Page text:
you would a car," he says.
Kim's earnest, driven nature attracted an early mentor in Robin Chase, CEO of French-based Buzzcar and a co-founder of Zipcar, a pioneer in the U.S. car-sharing space.
"Smaller, cheaper and more fuel-efficient is the future. What's more, women traditionally shy away from motorcycles. So what Danny's developing does address those gaps. He's got what it takes to make this work," she says. "Ideas are cheap, but start-ups are tough. They require persistence and tenacity, and he has both."
Such characteristics persuaded pal James Reidy to be Lit's first investor; he plunked down a five-figure sum to help Kim set up shop in the tech-centric Bay Area. "Danny is a dreamer, but he's also a very nuts-and-bolts guy," says Reidy, a Portland, Ore.-based investor. "He de-risks the company by doing a lot himself, whether that's engineering or design. With any start-up, the more you delegate, the more your burn rate goes up."
Kim is as unlikely a champion of fuel-efficient transportation as he is a candidate for pop culture success. "I'm a college drop-out," he says with a laugh. "I thought I'd go into real estate, surf, get married and have kids."
He still surfs. As for the rest, his time is consumed by Lit Motors -- a name he chose in reference to his desire to light a flame under the transportation status quo.
Born and raised in Portland, Kim quit Reed to tinker with Land Rovers, which he would strip down and rebuild with an eye toward bigger guts and improved fuel economy, "sort of the ultimate SUVs." It was while building one that he had an epiphany. He was welding beneath a car frame when it came loose and started to crush him. Pure reaction saved his life: "I stiff-armed the frame, and since I was on a creeper on rollers, I was shot out from underneath."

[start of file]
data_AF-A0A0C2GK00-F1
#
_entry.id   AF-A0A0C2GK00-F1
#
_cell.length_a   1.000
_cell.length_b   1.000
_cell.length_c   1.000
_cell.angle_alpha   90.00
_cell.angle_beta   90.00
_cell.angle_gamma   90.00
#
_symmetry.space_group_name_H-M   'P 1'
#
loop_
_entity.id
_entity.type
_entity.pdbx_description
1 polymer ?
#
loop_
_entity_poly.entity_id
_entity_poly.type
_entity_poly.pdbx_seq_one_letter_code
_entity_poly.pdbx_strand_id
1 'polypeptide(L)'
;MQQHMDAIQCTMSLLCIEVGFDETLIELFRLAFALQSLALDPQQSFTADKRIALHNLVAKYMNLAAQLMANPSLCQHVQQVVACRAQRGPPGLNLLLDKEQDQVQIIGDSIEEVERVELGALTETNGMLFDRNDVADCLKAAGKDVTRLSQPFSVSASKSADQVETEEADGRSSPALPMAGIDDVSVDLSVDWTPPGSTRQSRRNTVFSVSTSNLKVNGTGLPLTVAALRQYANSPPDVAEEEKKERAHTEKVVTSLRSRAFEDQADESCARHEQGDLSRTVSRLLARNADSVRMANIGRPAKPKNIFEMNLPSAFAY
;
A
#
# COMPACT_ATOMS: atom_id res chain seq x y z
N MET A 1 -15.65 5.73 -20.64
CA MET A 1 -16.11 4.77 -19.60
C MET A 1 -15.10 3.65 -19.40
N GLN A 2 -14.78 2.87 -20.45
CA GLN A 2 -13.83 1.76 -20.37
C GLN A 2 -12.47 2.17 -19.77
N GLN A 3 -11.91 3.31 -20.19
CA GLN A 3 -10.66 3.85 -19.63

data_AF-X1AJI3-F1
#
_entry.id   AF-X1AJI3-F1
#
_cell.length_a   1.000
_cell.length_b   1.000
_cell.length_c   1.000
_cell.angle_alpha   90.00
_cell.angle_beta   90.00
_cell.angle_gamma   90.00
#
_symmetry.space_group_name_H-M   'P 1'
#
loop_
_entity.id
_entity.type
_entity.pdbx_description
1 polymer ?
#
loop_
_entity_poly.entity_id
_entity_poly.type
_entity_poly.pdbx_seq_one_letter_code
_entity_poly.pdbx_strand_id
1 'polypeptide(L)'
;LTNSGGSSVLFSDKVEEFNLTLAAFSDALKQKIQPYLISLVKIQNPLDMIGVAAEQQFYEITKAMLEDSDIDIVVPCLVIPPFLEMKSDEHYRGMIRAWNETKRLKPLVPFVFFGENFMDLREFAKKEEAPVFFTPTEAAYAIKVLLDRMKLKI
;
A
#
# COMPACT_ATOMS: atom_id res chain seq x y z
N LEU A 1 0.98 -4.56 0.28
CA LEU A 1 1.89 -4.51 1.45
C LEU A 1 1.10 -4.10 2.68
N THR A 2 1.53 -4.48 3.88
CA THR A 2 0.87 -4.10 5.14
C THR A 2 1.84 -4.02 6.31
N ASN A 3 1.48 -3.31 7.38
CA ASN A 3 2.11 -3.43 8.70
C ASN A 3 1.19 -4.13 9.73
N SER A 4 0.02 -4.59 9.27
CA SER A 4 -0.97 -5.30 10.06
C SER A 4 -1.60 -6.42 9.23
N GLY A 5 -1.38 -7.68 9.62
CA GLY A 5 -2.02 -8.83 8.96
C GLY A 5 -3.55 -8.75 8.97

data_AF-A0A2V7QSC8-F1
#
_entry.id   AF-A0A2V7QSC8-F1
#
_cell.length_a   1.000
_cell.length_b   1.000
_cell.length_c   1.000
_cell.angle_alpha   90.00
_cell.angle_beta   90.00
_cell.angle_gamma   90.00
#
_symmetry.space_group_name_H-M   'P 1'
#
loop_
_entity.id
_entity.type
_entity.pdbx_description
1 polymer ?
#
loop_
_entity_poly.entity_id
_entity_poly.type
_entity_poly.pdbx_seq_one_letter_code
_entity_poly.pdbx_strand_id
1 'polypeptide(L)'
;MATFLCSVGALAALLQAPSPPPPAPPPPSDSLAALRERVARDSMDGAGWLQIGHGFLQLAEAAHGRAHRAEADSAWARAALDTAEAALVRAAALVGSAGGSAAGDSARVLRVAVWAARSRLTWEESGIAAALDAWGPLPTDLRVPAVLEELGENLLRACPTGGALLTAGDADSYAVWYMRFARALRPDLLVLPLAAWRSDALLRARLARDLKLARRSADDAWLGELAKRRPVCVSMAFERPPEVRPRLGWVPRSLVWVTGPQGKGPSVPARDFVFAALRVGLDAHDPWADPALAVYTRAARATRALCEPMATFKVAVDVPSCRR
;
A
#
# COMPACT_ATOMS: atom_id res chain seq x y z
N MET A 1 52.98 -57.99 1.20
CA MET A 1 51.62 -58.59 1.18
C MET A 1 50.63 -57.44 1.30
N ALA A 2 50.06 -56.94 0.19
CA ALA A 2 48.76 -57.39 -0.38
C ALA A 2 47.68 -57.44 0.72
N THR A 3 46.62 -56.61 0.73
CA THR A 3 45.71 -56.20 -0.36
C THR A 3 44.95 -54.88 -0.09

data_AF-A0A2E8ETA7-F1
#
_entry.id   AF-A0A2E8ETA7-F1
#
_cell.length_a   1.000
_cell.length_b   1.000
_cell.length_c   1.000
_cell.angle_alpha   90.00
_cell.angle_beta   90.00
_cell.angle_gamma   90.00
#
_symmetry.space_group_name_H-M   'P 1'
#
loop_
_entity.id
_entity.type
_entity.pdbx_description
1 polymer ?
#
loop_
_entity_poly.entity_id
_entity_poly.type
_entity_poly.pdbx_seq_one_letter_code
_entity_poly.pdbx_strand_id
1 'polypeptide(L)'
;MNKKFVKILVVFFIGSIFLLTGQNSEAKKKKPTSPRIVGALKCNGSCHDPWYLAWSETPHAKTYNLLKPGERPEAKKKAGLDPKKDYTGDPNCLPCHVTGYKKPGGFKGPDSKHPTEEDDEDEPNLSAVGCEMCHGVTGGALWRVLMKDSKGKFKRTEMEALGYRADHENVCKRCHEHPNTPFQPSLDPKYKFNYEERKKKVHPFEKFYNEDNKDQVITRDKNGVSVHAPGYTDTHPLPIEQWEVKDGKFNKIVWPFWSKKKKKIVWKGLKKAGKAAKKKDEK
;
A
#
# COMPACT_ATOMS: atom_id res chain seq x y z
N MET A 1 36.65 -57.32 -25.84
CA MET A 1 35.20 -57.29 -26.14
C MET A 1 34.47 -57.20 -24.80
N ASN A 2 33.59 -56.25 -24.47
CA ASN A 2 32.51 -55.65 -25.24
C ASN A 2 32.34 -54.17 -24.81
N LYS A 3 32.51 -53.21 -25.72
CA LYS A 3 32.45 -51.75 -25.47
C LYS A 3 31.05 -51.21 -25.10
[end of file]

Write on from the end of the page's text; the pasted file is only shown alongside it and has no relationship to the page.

The event was life changing. "It just made me ask, 'Is this project literally worth my life?' I decided it wasn't, and I would find what maybe was." In 2004, his first eureka moment: applying a gyroscope to a two-wheeled vehicle. He enrolled at the Rhode Island School of Design, and got access to classes at the Massachusetts Institute of Technology.
"I realized I needed to get the engineering, business and design components together if I was going to make this idea work," says Kim, who describes himself as a very picky consumer who would rather make his own products -- his glasses, guitar and surfboard -- than buy something he doesn't see as perfect.
For nearly five years, he tinkered with his plan while doing other work to pay the bills. In 2008, he applied for a patent for the C1's inner magic, and once he got it last year, things accelerated. Family and friends provided $40,000 in seed money. Today, he has $800,000 invested in his current prototype and more dedicated to building the first road-worthy C1.
Word of his mission has spread especially among investors and more than "seven or eight automakers," a few remaining in close touch with Kim. He won't discuss the nature of the conversations, but he implies that these well-known U.S. and European brands are keen to see if the C1 could and should be part of their portfolios.
Whatever happens, the venture has given Kim invaluable insights into what it takes to effect change on a large scale. "You learn fast that you need to reduce your risk, leverage creativity and have a presentation that will unlock funding," he says. "But ultimately, you have to believe fiercely in what you're doing. The rest will fall into place."
"I realized I needed to get the engineering, business and design components together if I was going to make this idea work," Lit Motors founder Daniel Kim said of his C1.
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